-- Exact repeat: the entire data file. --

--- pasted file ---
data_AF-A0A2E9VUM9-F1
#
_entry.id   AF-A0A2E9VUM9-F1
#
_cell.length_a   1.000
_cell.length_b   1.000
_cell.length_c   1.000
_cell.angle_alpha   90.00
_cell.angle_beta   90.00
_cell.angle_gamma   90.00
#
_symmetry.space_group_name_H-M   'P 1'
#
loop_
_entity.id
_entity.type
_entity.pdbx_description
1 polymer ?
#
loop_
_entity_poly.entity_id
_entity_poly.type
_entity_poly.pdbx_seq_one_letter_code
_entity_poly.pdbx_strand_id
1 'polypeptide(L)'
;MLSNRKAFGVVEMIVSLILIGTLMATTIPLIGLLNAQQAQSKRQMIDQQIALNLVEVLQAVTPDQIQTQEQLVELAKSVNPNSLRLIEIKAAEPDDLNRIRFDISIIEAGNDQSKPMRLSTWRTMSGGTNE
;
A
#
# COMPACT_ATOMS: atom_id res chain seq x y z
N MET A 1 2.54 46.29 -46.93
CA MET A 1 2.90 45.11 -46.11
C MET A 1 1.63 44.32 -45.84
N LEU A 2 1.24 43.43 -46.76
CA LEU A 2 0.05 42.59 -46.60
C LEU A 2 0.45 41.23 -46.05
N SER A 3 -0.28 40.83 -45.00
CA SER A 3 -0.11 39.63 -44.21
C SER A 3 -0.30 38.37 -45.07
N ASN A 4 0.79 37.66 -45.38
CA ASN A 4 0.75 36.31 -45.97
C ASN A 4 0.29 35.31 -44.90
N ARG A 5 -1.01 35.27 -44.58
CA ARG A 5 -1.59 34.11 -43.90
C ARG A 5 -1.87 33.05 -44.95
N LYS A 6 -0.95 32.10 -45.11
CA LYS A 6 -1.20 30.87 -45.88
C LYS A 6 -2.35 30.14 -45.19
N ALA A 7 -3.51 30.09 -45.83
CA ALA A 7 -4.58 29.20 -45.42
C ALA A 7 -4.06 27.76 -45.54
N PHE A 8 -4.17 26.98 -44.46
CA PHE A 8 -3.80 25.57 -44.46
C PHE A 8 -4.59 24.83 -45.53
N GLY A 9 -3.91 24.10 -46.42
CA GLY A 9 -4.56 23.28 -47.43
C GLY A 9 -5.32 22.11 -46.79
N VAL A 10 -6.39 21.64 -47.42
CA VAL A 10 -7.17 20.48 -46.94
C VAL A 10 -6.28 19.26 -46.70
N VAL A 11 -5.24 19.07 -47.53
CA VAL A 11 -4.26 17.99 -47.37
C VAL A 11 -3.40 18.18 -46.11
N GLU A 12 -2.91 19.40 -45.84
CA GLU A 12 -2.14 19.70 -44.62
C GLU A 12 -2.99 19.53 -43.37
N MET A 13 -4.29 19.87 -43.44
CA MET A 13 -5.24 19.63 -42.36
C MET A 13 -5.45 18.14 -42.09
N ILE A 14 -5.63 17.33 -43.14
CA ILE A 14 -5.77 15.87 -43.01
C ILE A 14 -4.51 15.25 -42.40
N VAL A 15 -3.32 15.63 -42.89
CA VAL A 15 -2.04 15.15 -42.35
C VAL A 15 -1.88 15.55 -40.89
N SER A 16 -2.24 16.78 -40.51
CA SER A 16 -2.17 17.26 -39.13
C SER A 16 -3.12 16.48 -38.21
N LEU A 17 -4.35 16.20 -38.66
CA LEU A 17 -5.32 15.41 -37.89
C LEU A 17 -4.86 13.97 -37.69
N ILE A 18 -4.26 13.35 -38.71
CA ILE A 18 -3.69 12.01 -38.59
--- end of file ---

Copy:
data_AF-A0A2E9VUM9-F1
#
_entry.id   AF-A0A2E9VUM9-F1
#
_cell.length_a   1.000
_cell.length_b   1.000
_cell.length_c   1.000
_cell.angle_alpha   90.00
_cell.angle_beta   90.00
_cell.angle_gamma   90.00
#
_symmetry.space_group_name_H-M   'P 1'
#
loop_
_entity.id
_entity.type
_entity.pdbx_description
1 polymer ?
#
loop_
_entity_poly.entity_id
_entity_poly.type
_entity_poly.pdbx_seq_one_letter_code
_entity_poly.pdbx_strand_id
1 'polypeptide(L)'
;MLSNRKAFGVVEMIVSLILIGTLMATTIPLIGLLNAQQAQSKRQMIDQQIALNLVEVLQAVTPDQIQTQEQLVELAKSVNPNSLRLIEIKAAEPDDLNRIRFDISIIEAGNDQSKPMRLSTWRTMSGGTNE
;
A
#
# COMPACT_ATOMS: atom_id res chain seq x y z
N MET A 1 2.54 46.29 -46.93
CA MET A 1 2.90 45.11 -46.11
C MET A 1 1.63 44.32 -45.84
N LEU A 2 1.24 43.43 -46.76
CA LEU A 2 0.05 42.59 -46.60
C LEU A 2 0.45 41.23 -46.05
N SER A 3 -0.28 40.83 -45.00
CA SER A 3 -0.11 39.63 -44.21
C SER A 3 -0.30 38.37 -45.07
N ASN A 4 0.79 37.66 -45.38
CA ASN A 4 0.75 36.31 -45.97
C ASN A 4 0.29 35.31 -44.90
N ARG A 5 -1.01 35.27 -44.58
CA ARG A 5 -1.59 34.11 -43.90
C ARG A 5 -1.87 33.05 -44.95
N LYS A 6 -0.95 32.10 -45.11
CA LYS A 6 -1.20 30.87 -45.88
C LYS A 6 -2.35 30.14 -45.19
N ALA A 7 -3.51 30.09 -45.83
CA ALA A 7 -4.58 29.20 -45.42
C ALA A 7 -4.06 27.76 -45.54
N PHE A 8 -4.17 26.98 -44.46
CA PHE A 8 -3.80 25.57 -44.46
C PHE A 8 -4.59 24.83 -45.53
N GLY A 9 -3.91 24.10 -46.42
CA GLY A 9 -4.56 23.28 -47.43
C GLY A 9 -5.32 22.11 -46.79
N VAL A 10 -6.39 21.64 -47.42
CA VAL A 10 -7.17 20.48 -46.94
C VAL A 10 -6.28 19.26 -46.70
N VAL A 11 -5.24 19.07 -47.53
CA VAL A 11 -4.26 17.99 -47.37
C VAL A 11 -3.40 18.18 -46.11
N GLU A 12 -2.91 19.40 -45.84
CA GLU A 12 -2.14 19.70 -44.62
C GLU A 12 -2.99 19.53 -43.37
N MET A 13 -4.29 19.87 -43.44
CA MET A 13 -5.24 19.63 -42.36
C MET A 13 -5.45 18.14 -42.09
N ILE A 14 -5.63 17.33 -43.14
CA ILE A 14 -5.77 15.87 -43.01
C ILE A 14 -4.51 15.25 -42.40
N VAL A 15 -3.32 15.63 -42.89
CA VAL A 15 -2.04 15.15 -42.35
C VAL A 15 -1.88 15.55 -40.89
N SER A 16 -2.24 16.78 -40.51
CA SER A 16 -2.17 17.26 -39.13
C SER A 16 -3.12 16.48 -38.21
N LEU A 17 -4.35 16.20 -38.66
CA LEU A 17 -5.32 15.41 -37.89
C LEU A 17 -4.86 13.97 -37.69
N ILE A 18 -4.26 13.35 -38.71
CA ILE A 18 -3.69 12.01 -38.59